driven lower by Freddie Mac and Fannie Mae,
America's two mortgage giants, which have
been forced to buy Treasuries as yields
dropped, to replace the mortgages in their portfolios that have disappeared as
homeowners have swapped them for cheaper ones. Many fund managers have
bought out of simple fear that yields might fall further still. But for all that, the low
yields on Treasuries contain an unpleasant message for investors that have been
buying without heed to risk or price—that there is much uncertainty about future
economic growth.

That message, and its corollary—that risk is ill rewarded—seems to be filtering
through at last. From the middle of January, investors started to dump risky,
generously valued assets. The pace has picked up in the past couple of weeks.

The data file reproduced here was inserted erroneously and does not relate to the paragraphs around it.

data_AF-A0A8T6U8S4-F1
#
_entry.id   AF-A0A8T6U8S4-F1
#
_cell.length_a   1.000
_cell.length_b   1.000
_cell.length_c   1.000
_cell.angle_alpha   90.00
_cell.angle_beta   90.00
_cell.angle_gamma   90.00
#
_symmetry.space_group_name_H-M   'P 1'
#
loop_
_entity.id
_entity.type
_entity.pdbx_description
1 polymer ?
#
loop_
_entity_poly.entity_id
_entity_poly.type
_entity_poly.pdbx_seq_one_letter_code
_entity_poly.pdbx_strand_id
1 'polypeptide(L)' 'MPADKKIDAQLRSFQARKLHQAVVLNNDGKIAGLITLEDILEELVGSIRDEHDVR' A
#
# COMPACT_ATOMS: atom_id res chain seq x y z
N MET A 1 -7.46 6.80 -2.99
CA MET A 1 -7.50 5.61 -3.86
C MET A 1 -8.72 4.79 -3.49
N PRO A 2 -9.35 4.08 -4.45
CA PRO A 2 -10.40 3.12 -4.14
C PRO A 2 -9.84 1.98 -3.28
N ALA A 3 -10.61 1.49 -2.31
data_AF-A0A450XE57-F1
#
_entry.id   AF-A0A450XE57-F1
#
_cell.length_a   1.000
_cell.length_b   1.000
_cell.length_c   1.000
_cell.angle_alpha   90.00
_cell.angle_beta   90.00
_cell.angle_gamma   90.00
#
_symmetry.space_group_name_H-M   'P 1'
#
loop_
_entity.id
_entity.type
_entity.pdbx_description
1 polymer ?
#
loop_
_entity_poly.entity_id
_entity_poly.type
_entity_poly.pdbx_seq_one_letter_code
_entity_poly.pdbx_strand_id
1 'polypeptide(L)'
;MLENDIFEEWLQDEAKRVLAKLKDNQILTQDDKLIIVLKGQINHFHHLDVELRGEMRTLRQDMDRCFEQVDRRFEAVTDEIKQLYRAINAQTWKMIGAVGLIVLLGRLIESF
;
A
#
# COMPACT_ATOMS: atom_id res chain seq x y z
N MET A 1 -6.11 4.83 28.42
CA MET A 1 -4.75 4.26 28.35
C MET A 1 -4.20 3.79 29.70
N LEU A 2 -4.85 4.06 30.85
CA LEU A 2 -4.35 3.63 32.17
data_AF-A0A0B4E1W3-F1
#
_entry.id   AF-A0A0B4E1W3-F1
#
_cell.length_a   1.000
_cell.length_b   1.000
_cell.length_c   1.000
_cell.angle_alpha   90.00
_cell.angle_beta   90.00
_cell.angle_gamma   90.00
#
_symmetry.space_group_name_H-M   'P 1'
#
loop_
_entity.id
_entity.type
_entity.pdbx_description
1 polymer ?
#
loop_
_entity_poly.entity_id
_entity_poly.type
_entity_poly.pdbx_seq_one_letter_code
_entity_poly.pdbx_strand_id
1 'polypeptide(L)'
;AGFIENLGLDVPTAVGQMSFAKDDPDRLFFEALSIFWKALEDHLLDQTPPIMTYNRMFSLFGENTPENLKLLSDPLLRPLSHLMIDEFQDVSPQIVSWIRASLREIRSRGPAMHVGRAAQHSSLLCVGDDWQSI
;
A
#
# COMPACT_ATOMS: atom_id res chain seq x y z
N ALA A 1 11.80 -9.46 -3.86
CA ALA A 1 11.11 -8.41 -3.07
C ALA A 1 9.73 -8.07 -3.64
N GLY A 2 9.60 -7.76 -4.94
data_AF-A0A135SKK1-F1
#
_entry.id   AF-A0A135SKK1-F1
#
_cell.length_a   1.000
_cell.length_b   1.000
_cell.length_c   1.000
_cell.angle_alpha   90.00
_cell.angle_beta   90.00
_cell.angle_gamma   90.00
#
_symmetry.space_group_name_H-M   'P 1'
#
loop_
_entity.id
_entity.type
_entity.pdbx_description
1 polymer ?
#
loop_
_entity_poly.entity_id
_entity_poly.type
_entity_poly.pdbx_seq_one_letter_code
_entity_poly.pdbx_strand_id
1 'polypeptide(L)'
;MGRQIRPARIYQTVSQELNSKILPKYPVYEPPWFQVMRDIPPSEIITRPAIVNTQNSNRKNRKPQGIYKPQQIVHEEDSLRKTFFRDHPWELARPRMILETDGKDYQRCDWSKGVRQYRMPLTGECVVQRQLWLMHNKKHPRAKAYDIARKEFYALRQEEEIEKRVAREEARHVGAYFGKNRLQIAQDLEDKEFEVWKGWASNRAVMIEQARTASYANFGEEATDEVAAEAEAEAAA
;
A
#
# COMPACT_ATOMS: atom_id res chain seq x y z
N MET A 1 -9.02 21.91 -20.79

Stockmarkets have been falling: the S&P 500 is now 5% off its mid-January high,
and NASDAQ has dropped some 10%. The VIX has climbed sharply, and so have
bond spreads—for investment-grade corporates as well as for the most toxic sort.
Stocks and bonds issued by companies most exposed to the business cycle and
terrorism, such as airlines, have been hard hit. Investors are plagued by doubts
about Detroit's Big Three carmakers. Spreads on their bonds have widened sharply,
and those issued by Ford—the world's biggest issuer of corporate debt—have fared
very poorly recently. Against stiff competition, the auto sector, down 17% so far this
year, has been one of the worst performing in the S&P 500.

A storm in a teacup, or a prelude of worse to come? By historic measures few equity
or corporate-bond markets are cheap; many are very expensive indeed. This makes
it all the more possible that a virtuous cycle of rising growth and appetite for risk can
turn into a vicious cycle of falling growth and aversion to risk—whatever the Fed